Missouri Gov. Mike Parson has pledged money and manpower to help St. Louis and St. Louis County address an increase in violent crime.
“We know that we have a serious problem with violent crime that must be addressed,” Parson said Thursday at a news conference in St. Louis. “As your governor, and a former law enforcement officer for more than 22 years, protecting the citizens of our state is one of the utmost importance to my administration.”
The announcement came after a day of meetings with local political, religious and law enforcement leaders.
Starting Oct. 1, 25 Missouri State Highway Patrol troopers will be deployed in a variety of roles throughout the city.
Six of them, along with a cyber analyst, will be assigned to various task forces that focus on violent and gun crimes. Two investigators will join a federal-state partnership in which assistant attorneys general are deputized as federal prosecutors.
Other troopers will be deployed along the four interstates in what the governor is calling “surges.”
“We will work closely with [St. Louis] Chief John Hayden to determine the best operational periods for us to work in the city, but we’re going to keep that very diverse and look for these opportunities,” said Col. Eric Olsen, the commander of the highway patrol.
This is not the first time the state has put troopers on the highways in St. Louis. In 2017, as part of then-Gov. Eric Greitens’ “St. Louis Safety Plan,” 24 troopers patrolled interstates 55 and 70 from July through November, and then switched to more targeted patrols until March 2018.
The impact the extra patrols had on crime is unclear. While the number of homicides and aggravated assaults with a firearm dropped between 2017 and 2018, there is no way to know how much of that drop was due to the troopers’ presence. And in 2019, both of those crimes are running ahead of where they were last year.
“I hope they are successful,” Parson said of the new patrols. “I think, again, we go back to all of us working together, and if we’re working with the federal and the state and the county and the city to really make sure we’re utilizing resources where they need to go.”
In addition to adding the troopers, Parson announced he would direct $2 million in state resources to help victims of crime.
Local leaders react
Both Mayor Lyda Krewson and County Executive Sam Page said they were pleased with the support Parson pledged.
“Of course we have extraordinary needs in the region to go after the heart of crime,” Page said. It’s been here for decades, and we have real communities that are devastated economically and we have real disparities to deal with in the region and that’s part of the problem, but what I think the governor has brought here today is significant and will help.”
The governor’s plan “gives us more support than we had yesterday,” Krewson said.
“We all want more, right? But let me say, I think it is a very good commitment by the governor to understand that this is a serious problem here, and he’s committed to helping us in any way he can.”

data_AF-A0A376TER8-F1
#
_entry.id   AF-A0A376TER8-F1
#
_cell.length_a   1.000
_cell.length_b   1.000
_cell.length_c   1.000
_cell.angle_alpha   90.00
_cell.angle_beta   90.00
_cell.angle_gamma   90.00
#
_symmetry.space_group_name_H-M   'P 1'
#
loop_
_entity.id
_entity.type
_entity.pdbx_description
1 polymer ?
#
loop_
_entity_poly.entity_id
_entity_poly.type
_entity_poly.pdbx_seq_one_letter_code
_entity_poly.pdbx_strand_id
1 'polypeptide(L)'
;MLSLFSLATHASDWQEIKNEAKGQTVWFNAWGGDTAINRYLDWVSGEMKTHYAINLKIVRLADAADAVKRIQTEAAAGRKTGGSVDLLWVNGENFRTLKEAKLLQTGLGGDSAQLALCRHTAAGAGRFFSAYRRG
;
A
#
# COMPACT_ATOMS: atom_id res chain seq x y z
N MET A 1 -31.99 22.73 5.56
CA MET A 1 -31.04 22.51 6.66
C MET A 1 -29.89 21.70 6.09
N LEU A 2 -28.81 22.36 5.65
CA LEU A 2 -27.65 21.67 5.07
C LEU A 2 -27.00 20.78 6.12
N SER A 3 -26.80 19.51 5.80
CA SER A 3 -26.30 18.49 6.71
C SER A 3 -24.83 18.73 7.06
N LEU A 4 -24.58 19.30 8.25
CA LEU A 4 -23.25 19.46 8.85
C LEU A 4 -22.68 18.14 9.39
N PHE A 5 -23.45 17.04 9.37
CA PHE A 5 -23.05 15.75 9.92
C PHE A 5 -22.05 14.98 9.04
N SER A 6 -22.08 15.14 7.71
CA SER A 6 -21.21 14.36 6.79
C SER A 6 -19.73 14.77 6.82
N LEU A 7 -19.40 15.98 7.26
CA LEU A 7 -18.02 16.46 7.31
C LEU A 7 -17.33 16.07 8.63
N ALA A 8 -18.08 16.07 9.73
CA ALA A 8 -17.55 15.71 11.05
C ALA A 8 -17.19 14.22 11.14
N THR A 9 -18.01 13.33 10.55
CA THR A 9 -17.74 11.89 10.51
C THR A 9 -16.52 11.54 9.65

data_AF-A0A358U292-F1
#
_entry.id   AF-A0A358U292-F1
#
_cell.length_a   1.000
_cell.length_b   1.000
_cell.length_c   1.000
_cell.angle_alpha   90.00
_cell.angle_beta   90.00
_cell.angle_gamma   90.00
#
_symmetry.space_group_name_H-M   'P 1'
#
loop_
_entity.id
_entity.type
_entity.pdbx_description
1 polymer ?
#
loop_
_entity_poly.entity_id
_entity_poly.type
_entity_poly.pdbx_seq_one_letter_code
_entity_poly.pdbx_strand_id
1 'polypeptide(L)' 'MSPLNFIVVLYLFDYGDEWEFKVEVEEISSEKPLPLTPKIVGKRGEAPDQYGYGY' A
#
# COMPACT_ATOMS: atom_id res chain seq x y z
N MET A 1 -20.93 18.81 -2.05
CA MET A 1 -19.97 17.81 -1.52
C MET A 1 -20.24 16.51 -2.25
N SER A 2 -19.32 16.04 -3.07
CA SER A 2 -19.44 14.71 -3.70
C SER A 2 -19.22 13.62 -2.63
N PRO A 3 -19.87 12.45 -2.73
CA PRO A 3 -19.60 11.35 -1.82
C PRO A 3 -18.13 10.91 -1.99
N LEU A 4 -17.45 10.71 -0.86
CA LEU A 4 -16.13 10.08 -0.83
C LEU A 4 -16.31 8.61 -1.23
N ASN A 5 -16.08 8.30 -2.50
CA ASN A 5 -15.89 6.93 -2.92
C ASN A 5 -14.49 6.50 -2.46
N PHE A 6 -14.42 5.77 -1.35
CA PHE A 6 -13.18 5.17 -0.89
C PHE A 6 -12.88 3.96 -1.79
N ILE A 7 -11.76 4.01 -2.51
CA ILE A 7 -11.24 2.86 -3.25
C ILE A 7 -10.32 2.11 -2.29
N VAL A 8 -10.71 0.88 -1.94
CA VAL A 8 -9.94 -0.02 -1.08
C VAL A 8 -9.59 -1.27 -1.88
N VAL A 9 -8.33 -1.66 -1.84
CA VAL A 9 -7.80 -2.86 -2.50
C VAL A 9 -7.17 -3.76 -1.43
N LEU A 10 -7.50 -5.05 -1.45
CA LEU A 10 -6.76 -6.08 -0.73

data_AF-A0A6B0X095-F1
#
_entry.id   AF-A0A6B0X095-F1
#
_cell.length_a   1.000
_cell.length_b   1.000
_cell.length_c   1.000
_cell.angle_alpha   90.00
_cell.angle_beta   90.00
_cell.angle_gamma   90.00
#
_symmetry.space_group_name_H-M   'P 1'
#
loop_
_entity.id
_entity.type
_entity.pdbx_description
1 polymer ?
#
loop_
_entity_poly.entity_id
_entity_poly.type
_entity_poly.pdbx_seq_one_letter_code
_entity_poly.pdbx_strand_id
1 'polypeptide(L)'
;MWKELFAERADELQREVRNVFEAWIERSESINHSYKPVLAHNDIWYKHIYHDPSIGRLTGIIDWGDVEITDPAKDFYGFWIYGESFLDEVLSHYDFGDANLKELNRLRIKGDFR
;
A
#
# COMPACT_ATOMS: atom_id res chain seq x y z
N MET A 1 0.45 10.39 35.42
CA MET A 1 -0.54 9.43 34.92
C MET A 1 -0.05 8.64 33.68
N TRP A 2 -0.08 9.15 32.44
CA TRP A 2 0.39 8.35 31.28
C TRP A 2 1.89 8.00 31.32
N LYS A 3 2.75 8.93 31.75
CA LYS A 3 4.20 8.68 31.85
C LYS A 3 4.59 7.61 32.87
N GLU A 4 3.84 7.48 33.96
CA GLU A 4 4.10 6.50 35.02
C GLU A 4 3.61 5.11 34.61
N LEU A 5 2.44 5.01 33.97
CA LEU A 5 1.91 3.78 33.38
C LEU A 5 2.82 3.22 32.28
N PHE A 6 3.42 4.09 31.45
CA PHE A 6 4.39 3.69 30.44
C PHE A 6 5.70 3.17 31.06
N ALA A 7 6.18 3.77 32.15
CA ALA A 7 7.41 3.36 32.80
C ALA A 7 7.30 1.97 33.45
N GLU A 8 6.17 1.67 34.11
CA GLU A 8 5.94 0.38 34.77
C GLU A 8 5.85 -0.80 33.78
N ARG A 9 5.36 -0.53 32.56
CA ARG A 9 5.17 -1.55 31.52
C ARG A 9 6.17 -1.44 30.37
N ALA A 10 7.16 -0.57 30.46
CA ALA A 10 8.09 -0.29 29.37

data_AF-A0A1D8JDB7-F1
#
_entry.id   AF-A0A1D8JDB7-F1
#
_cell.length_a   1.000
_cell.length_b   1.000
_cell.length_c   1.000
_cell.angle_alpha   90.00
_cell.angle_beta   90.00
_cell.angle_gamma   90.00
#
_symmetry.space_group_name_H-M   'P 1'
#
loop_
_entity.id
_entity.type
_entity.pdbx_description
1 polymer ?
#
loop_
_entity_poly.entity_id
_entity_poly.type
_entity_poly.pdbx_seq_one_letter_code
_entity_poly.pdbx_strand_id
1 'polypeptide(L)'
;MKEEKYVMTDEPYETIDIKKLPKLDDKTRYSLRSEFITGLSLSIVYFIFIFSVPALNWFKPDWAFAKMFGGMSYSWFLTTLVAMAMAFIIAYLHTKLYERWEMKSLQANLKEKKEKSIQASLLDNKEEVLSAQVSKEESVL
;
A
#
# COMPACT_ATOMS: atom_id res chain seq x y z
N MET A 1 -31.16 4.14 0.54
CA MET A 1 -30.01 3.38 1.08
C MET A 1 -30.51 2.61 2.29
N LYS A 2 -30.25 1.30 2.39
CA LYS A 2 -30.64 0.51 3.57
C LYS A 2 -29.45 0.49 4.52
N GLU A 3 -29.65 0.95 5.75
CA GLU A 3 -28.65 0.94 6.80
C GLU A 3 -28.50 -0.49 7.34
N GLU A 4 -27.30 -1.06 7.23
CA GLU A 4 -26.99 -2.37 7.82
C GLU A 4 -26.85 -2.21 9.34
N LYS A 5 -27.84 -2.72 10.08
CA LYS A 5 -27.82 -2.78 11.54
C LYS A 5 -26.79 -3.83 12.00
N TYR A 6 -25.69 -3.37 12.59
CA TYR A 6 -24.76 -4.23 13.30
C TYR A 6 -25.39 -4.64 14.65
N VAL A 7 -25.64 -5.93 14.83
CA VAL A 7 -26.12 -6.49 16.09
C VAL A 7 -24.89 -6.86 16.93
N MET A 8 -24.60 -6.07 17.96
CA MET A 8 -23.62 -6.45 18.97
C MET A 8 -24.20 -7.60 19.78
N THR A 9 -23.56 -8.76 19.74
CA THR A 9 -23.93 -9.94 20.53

Krewson and Parson remain at odds over the availability of guns in the region. The mayor wants to require anyone who wants to carry a firearm in the city to have a permit. While Parson said he would not prejudge any legislation, he again expressed support for the 2nd Amendment.
When the governor met last week with Krewson and Page, along with federal, state and local law enforcement. St. Louis County Prosecutor Wesley Bell and St. Louis Circuit Attorney Kim Gardner were excluded.
Bell and Gardner met with Parson and federal prosecutors on Thursday afternoon. Bell said it was a “step in the right direction that we’re at least in the same room and having conversations.”
“I think it’s important that we recognize what each other’s needs are in order to help each other,” Bell said. “We need resources so that we can better not only address the violent crime, but also the root causes that lead to violent crime. That includes alternatives to incarceration, treatment programs, etc.”
Gardner said they’re requesting more money from the state that can be used in a “strategic and proactive way.” She specifically pointed to the Victims of Crime Act, which takes in money from fines, penalties and forfeitures from people convicted of offenses.
“We need to address those issues where we are lacking in resources for witness and victim relocation,” Gardner said. “Funds to address the trauma. Funds to help kids deal with the trauma of seeing loved ones and friends who are killed and maimed in our communities.”
When the Highway Patrol was deployed in the city in 2017, Gardner asked the attorney general’s office to assist in prosecuting tickets — telling the St. Louis American that her office couldn’t “absorb what is tantamount to an unfunded mandate.” She stressed that she would handle the cases where the patrol found people with outstanding warrants or driving under the influence.
Asked on Thursday if Parson talked about how tickets written by troopers would be handled, Gardner replied: “There’s many discussions about how the Highway Patrol was going to be utilized in our jurisdiction again.”
“We want to be strategic,” Gardner said. “We want the Highway Patrol utilized in a way to support our jurisdiction so they can focus on the violent-crime issues that affect our region. I’m going to talk to the mayor about how we use the Highway Patrol and how we make better use of their time. And I think those are conversations going forward.”
Follow Rachel on Twitter: @rlippmann
Jason Rosenbaum contributed reporting to this story
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